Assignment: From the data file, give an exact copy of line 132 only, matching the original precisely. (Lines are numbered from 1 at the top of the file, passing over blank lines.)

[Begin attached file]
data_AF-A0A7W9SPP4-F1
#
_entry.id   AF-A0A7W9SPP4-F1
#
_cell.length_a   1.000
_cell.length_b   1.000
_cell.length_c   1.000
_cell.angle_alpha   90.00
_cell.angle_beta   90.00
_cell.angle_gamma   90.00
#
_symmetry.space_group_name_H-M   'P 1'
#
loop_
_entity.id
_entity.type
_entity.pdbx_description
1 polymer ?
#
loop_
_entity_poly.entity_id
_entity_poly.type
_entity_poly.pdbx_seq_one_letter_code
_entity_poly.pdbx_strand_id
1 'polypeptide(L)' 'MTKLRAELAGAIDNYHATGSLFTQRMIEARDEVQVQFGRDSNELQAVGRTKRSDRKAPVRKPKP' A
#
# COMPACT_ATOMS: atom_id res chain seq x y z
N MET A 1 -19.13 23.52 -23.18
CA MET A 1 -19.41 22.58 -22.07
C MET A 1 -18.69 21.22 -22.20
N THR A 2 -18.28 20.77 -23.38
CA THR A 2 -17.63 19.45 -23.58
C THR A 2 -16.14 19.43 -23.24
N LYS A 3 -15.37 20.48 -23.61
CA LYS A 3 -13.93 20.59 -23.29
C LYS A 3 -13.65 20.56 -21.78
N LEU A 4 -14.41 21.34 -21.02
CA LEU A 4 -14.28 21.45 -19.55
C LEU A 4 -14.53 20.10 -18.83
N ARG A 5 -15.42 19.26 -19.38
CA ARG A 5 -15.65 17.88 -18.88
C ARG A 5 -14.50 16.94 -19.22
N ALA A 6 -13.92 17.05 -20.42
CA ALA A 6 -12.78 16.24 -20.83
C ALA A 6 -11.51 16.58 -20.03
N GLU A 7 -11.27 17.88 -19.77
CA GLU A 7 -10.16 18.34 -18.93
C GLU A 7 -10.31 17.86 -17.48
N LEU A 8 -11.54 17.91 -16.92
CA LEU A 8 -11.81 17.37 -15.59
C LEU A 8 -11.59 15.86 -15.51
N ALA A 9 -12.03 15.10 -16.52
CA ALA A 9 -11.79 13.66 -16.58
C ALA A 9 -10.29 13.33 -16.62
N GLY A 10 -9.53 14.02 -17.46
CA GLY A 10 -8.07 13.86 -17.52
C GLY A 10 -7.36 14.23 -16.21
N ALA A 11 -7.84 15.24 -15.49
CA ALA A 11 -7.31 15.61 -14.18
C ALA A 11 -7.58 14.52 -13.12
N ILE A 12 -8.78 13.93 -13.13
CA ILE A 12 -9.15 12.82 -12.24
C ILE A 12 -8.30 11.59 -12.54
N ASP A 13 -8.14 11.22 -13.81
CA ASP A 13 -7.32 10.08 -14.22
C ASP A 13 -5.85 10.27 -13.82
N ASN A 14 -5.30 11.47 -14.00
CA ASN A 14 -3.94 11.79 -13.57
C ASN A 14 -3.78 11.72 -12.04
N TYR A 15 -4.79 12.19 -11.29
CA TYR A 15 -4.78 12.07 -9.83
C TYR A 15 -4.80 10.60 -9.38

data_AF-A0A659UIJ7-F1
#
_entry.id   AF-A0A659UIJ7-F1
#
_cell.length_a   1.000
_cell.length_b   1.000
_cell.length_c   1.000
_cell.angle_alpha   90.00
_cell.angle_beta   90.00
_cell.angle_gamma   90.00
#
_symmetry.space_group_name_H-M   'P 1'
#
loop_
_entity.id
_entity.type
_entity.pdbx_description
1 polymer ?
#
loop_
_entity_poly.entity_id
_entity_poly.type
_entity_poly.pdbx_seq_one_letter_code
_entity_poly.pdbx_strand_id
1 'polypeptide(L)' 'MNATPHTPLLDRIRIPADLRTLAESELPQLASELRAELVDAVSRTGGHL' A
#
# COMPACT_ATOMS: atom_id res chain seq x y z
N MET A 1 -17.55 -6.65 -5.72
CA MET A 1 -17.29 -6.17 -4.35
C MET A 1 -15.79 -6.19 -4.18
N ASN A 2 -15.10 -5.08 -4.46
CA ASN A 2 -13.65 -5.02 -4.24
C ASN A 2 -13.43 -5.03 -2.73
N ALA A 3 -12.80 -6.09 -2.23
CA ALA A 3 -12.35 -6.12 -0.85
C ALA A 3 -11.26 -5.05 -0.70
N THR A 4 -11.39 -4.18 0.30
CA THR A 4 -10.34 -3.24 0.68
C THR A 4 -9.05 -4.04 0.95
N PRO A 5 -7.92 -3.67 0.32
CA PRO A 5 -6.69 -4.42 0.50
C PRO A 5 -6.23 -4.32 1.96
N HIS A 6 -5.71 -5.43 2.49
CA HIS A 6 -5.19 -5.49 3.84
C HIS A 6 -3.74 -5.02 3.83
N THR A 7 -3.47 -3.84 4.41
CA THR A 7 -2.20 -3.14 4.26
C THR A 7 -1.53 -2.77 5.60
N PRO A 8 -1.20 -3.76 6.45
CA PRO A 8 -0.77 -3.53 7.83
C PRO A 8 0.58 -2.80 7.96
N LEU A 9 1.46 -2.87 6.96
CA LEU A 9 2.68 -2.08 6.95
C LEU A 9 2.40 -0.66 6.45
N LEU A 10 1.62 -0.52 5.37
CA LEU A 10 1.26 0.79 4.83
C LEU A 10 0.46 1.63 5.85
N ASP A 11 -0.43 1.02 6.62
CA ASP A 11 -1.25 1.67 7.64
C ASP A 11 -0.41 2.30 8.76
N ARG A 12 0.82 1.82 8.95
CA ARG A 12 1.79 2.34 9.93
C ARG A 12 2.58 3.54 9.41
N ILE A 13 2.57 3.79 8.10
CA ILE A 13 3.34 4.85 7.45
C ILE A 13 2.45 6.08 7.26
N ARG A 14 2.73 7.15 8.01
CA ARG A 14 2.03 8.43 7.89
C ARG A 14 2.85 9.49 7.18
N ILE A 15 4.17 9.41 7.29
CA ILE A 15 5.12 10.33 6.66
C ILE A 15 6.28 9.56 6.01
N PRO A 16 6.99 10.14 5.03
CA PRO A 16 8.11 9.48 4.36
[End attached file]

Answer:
C ASP A 11 -0.41 2.30 8.76